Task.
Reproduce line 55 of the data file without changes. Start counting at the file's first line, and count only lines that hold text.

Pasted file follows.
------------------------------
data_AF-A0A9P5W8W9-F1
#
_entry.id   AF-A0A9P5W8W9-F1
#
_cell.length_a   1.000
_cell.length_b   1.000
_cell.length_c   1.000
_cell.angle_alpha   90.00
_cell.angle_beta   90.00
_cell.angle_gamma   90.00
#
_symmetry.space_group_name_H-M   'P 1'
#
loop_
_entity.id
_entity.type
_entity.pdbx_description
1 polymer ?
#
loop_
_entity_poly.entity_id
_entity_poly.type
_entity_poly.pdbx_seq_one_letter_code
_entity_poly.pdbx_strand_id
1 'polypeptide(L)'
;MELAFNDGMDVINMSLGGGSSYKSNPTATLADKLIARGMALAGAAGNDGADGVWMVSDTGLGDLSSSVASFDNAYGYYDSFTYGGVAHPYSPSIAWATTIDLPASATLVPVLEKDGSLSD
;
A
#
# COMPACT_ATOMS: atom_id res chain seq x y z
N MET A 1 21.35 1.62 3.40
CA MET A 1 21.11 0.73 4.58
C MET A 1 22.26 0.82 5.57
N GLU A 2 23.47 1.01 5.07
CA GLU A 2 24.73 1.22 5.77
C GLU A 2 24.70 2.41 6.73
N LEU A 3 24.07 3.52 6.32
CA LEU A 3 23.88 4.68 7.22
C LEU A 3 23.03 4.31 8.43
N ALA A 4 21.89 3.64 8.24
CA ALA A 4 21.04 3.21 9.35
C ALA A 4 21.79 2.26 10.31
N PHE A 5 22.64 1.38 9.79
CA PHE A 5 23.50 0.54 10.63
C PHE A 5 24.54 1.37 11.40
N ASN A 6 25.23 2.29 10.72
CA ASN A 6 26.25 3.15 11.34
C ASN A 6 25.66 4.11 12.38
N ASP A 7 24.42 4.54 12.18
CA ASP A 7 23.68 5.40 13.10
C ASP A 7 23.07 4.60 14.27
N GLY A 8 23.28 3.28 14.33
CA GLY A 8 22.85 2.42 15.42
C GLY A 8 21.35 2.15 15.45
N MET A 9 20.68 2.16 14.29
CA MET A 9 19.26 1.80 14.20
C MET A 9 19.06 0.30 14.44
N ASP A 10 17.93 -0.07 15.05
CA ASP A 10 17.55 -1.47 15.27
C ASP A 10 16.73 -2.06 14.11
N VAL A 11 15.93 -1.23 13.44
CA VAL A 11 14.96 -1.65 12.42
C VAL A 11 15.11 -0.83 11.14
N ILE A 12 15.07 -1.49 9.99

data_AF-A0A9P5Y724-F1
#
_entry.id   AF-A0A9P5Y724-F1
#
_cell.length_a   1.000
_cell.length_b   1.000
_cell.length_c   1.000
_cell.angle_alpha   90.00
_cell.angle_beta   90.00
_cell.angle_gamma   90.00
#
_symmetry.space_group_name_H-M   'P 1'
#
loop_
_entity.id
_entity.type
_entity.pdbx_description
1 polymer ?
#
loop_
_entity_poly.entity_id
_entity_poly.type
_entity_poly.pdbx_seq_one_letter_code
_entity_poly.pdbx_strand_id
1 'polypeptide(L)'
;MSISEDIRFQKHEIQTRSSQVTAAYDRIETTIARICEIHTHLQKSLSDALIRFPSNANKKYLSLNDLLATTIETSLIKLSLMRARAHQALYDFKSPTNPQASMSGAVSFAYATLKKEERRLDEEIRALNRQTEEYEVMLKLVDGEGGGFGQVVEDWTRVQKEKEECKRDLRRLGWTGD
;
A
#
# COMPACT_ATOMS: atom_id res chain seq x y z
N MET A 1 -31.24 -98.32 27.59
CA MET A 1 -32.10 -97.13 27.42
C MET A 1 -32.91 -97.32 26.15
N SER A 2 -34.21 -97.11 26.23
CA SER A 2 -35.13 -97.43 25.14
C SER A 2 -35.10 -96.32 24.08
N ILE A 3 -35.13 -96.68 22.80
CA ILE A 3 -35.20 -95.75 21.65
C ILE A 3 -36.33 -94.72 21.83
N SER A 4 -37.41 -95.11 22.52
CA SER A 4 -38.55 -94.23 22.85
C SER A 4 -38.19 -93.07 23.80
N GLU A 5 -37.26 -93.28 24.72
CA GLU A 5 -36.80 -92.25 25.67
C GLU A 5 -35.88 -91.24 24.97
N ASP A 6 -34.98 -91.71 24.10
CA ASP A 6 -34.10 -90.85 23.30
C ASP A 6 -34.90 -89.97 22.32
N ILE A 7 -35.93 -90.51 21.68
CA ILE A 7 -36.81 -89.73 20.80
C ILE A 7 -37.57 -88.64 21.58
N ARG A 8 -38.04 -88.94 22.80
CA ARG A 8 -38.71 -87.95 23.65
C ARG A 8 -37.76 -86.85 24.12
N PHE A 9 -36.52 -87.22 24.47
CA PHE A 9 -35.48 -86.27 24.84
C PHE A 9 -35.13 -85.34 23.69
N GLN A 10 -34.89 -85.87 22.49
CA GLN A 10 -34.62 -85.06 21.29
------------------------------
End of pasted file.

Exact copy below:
N MET A 9 20.68 2.16 14.29